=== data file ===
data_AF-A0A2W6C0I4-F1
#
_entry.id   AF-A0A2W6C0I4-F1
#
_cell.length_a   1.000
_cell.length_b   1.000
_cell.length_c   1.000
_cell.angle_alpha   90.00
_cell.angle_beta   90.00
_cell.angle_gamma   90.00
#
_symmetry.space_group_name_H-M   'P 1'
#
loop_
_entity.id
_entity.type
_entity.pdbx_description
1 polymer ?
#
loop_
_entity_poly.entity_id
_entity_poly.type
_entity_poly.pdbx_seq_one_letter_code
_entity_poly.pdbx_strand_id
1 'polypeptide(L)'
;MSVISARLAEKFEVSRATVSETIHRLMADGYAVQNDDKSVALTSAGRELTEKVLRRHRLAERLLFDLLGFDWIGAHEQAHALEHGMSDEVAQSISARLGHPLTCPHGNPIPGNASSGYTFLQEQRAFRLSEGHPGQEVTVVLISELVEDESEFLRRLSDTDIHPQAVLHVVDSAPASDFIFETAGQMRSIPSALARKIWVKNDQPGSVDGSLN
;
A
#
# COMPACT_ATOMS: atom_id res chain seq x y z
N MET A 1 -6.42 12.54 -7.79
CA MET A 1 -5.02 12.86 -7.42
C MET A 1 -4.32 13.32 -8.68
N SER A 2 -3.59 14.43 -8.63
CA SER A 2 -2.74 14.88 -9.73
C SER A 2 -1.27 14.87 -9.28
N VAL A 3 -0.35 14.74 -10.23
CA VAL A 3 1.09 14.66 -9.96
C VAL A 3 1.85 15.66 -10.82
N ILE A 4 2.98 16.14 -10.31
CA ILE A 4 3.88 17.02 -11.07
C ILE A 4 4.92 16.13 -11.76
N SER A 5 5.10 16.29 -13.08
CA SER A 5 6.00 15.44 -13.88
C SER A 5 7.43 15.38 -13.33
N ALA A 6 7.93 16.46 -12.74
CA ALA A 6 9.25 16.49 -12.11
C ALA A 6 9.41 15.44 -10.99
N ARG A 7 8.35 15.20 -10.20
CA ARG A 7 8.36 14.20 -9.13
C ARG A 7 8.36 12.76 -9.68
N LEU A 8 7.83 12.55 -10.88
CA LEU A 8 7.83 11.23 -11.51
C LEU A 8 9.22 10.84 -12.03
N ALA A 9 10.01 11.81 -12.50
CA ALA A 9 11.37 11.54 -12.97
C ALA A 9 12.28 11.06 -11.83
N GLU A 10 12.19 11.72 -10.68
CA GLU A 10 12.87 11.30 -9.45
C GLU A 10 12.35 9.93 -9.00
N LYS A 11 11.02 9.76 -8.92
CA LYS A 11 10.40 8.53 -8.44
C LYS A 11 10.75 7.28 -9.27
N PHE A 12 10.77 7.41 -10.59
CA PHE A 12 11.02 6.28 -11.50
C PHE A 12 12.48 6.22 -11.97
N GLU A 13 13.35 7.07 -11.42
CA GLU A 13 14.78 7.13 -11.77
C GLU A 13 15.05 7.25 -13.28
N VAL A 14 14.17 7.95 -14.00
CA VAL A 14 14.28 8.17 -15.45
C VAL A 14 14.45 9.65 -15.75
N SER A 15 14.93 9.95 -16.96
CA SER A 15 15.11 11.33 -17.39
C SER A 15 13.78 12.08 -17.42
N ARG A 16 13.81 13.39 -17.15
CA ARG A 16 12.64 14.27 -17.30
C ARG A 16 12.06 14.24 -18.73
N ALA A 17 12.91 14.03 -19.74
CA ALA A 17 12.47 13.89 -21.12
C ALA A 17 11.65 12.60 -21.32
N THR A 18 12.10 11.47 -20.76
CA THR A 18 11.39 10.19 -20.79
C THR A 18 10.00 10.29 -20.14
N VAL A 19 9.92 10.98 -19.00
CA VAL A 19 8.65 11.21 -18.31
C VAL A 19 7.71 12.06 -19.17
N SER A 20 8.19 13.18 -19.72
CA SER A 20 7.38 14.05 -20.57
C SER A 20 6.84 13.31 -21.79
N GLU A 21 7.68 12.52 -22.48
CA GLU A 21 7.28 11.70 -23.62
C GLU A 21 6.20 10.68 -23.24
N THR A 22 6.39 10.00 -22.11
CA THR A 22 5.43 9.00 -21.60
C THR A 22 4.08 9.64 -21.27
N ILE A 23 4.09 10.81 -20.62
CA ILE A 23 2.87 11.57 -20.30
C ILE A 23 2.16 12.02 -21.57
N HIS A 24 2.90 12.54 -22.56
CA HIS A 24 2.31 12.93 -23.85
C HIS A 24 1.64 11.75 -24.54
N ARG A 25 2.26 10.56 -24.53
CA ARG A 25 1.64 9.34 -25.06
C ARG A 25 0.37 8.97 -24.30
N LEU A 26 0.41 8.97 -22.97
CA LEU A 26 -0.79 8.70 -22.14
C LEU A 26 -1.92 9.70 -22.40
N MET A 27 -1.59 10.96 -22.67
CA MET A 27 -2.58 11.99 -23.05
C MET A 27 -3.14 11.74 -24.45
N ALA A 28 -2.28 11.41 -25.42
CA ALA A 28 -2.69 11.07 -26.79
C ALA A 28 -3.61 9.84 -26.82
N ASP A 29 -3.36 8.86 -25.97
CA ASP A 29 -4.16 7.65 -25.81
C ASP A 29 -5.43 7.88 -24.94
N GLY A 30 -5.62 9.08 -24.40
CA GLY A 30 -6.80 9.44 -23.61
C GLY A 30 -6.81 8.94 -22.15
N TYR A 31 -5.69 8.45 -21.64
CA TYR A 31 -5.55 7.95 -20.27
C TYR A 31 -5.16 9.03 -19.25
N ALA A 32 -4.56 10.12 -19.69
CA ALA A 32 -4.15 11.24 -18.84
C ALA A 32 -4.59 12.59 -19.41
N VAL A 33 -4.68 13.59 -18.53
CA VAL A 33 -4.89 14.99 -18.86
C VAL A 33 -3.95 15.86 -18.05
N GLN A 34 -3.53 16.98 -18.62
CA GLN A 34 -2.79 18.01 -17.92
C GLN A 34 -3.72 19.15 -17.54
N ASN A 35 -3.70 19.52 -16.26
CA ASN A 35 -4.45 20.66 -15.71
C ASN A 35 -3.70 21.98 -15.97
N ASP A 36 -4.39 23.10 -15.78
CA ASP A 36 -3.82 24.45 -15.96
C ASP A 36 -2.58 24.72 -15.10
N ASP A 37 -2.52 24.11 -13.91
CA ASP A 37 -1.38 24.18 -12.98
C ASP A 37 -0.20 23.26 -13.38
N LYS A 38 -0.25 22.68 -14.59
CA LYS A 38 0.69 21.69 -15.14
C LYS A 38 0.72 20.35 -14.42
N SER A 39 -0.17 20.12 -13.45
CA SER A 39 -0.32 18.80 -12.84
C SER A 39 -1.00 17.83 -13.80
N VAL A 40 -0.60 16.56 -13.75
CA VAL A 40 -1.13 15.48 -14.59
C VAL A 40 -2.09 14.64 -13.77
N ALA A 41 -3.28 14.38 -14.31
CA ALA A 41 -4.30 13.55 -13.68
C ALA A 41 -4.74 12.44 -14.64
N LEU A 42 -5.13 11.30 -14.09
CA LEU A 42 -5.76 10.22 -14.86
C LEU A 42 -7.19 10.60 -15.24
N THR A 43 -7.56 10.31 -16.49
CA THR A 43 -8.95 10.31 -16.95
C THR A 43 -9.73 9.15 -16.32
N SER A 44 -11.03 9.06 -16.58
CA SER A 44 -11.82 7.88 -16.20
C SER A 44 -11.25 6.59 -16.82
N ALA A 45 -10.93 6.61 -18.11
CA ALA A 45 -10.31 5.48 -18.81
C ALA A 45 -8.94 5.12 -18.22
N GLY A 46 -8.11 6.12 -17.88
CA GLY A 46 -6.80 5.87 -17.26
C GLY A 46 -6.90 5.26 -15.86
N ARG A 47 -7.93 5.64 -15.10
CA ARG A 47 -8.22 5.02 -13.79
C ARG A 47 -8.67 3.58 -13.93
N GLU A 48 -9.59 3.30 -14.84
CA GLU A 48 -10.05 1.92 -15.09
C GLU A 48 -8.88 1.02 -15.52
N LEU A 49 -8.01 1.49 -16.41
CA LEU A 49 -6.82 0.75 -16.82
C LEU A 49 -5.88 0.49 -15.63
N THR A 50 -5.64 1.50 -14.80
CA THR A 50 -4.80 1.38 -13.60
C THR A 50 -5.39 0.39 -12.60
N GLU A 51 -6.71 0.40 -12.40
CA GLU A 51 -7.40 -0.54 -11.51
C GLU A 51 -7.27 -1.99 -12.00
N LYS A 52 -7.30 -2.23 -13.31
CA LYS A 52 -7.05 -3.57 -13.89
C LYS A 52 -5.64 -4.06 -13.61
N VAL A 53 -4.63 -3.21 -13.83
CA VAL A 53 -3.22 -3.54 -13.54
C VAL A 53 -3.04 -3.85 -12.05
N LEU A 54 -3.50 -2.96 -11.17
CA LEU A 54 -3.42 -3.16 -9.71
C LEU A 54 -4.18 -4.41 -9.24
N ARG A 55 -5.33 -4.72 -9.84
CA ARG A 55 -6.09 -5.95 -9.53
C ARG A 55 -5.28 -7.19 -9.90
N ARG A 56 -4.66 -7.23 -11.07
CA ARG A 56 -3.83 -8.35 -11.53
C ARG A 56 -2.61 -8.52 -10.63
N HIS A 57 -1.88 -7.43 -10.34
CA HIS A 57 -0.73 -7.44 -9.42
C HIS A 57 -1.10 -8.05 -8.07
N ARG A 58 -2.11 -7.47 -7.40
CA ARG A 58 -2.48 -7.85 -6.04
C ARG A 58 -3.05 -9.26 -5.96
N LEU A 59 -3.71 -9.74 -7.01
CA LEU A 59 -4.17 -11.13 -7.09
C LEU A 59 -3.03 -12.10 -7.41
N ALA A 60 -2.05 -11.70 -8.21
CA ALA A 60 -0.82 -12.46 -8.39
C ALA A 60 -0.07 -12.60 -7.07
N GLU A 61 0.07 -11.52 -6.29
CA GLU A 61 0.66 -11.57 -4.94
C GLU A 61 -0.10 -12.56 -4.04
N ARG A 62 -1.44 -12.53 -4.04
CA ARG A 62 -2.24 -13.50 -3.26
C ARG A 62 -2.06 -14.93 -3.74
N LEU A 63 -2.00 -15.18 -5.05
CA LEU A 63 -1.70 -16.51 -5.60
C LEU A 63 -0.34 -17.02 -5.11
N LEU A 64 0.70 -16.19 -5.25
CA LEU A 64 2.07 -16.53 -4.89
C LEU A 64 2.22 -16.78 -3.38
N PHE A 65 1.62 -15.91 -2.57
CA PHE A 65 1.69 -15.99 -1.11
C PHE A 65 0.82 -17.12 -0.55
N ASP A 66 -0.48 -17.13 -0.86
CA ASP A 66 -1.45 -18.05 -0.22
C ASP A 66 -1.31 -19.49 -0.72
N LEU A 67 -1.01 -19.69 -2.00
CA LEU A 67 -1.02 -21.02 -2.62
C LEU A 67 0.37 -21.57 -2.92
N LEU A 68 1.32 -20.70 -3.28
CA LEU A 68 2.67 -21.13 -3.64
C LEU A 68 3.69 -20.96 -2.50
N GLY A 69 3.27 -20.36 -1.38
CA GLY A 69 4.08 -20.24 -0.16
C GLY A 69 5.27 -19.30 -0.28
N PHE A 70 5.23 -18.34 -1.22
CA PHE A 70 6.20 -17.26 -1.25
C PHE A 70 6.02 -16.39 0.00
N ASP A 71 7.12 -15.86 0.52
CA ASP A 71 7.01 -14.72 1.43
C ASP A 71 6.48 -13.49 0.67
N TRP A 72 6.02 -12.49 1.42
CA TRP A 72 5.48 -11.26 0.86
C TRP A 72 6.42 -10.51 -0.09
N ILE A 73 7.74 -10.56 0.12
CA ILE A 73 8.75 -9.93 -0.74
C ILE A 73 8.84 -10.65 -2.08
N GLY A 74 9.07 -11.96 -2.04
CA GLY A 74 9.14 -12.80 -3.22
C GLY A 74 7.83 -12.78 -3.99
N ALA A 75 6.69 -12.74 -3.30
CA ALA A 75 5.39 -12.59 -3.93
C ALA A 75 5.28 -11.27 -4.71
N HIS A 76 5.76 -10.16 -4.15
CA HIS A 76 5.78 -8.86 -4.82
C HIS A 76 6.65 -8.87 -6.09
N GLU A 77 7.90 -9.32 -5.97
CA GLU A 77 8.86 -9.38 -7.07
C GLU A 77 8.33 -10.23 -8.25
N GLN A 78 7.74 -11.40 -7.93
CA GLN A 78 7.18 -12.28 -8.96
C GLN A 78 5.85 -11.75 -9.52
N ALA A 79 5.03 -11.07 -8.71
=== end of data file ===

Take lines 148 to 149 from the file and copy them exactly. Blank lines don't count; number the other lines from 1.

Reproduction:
N VAL A 40 -0.60 16.56 -13.75
CA VAL A 40 -1.13 15.48 -14.59